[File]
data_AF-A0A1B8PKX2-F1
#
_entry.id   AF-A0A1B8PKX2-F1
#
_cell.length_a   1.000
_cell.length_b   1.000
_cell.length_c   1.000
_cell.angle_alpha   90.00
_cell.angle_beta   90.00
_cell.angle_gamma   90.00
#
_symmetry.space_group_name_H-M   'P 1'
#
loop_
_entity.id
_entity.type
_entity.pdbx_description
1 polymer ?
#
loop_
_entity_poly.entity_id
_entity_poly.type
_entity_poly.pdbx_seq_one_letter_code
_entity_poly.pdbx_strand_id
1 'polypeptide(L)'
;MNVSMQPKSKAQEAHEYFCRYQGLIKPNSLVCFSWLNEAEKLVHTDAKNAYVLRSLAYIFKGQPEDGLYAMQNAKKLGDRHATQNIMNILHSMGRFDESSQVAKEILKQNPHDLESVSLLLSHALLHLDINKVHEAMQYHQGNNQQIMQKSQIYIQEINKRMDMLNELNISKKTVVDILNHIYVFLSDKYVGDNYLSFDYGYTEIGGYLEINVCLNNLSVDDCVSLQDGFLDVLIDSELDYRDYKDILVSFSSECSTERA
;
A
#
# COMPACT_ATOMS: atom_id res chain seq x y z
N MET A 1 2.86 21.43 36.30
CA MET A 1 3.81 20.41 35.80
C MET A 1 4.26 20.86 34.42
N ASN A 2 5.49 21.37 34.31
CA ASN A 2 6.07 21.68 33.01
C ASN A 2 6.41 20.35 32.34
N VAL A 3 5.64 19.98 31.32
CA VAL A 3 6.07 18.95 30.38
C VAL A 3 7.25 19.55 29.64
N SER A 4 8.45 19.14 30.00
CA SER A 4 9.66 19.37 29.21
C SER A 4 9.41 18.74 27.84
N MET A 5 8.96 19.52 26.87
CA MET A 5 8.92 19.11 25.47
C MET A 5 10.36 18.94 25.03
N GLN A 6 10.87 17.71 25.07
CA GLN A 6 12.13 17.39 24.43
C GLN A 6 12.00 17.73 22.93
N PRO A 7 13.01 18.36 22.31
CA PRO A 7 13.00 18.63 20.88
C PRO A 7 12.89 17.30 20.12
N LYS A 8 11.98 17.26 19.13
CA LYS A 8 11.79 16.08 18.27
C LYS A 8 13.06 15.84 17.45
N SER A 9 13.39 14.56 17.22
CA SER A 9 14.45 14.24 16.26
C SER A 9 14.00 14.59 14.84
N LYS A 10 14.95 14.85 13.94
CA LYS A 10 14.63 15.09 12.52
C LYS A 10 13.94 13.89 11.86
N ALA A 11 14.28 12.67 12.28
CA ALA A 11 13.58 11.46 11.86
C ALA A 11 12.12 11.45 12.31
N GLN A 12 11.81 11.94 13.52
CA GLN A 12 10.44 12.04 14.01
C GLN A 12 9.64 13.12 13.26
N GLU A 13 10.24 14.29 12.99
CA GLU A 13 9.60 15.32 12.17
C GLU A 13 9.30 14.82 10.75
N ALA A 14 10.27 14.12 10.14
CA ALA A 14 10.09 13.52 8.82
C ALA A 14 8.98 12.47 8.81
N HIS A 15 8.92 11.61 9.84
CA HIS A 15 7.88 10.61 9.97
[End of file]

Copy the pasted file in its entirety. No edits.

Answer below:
data_AF-A0A1B8PKX2-F1
#
_entry.id   AF-A0A1B8PKX2-F1
#
_cell.length_a   1.000
_cell.length_b   1.000
_cell.length_c   1.000
_cell.angle_alpha   90.00
_cell.angle_beta   90.00
_cell.angle_gamma   90.00
#
_symmetry.space_group_name_H-M   'P 1'
#
loop_
_entity.id
_entity.type
_entity.pdbx_description
1 polymer ?
#
loop_
_entity_poly.entity_id
_entity_poly.type
_entity_poly.pdbx_seq_one_letter_code
_entity_poly.pdbx_strand_id
1 'polypeptide(L)'
;MNVSMQPKSKAQEAHEYFCRYQGLIKPNSLVCFSWLNEAEKLVHTDAKNAYVLRSLAYIFKGQPEDGLYAMQNAKKLGDRHATQNIMNILHSMGRFDESSQVAKEILKQNPHDLESVSLLLSHALLHLDINKVHEAMQYHQGNNQQIMQKSQIYIQEINKRMDMLNELNISKKTVVDILNHIYVFLSDKYVGDNYLSFDYGYTEIGGYLEINVCLNNLSVDDCVSLQDGFLDVLIDSELDYRDYKDILVSFSSECSTERA
;
A
#
# COMPACT_ATOMS: atom_id res chain seq x y z
N MET A 1 2.86 21.43 36.30
CA MET A 1 3.81 20.41 35.80
C MET A 1 4.26 20.86 34.42
N ASN A 2 5.49 21.37 34.31
CA ASN A 2 6.07 21.68 33.01
C ASN A 2 6.41 20.35 32.34
N VAL A 3 5.64 19.98 31.32
CA VAL A 3 6.07 18.95 30.38
C VAL A 3 7.25 19.55 29.64
N SER A 4 8.45 19.14 30.00
CA SER A 4 9.66 19.37 29.21
C SER A 4 9.41 18.74 27.84
N MET A 5 8.96 19.52 26.87
CA MET A 5 8.92 19.11 25.47
C MET A 5 10.36 18.94 25.03
N GLN A 6 10.87 17.71 25.07
CA GLN A 6 12.13 17.39 24.43
C GLN A 6 12.00 17.73 22.93
N PRO A 7 13.01 18.36 22.31
CA PRO A 7 13.00 18.63 20.88
C PRO A 7 12.89 17.30 20.12
N LYS A 8 11.98 17.26 19.13
CA LYS A 8 11.79 16.08 18.27
C LYS A 8 13.06 15.84 17.45
N SER A 9 13.39 14.56 17.22
CA SER A 9 14.45 14.24 16.26
C SER A 9 14.00 14.59 14.84
N LYS A 10 14.95 14.85 13.94
CA LYS A 10 14.63 15.09 12.52
C LYS A 10 13.94 13.89 11.86
N ALA A 11 14.28 12.67 12.28
CA ALA A 11 13.58 11.46 11.86
C ALA A 11 12.12 11.45 12.31
N GLN A 12 11.81 11.94 13.52
CA GLN A 12 10.44 12.04 14.01
C GLN A 12 9.64 13.12 13.26
N GLU A 13 10.24 14.29 12.99
CA GLU A 13 9.60 15.32 12.17
C GLU A 13 9.30 14.82 10.75
N ALA A 14 10.27 14.12 10.14
CA ALA A 14 10.09 13.52 8.82
C ALA A 14 8.98 12.47 8.81
N HIS A 15 8.92 11.61 9.84
CA HIS A 15 7.88 10.61 9.97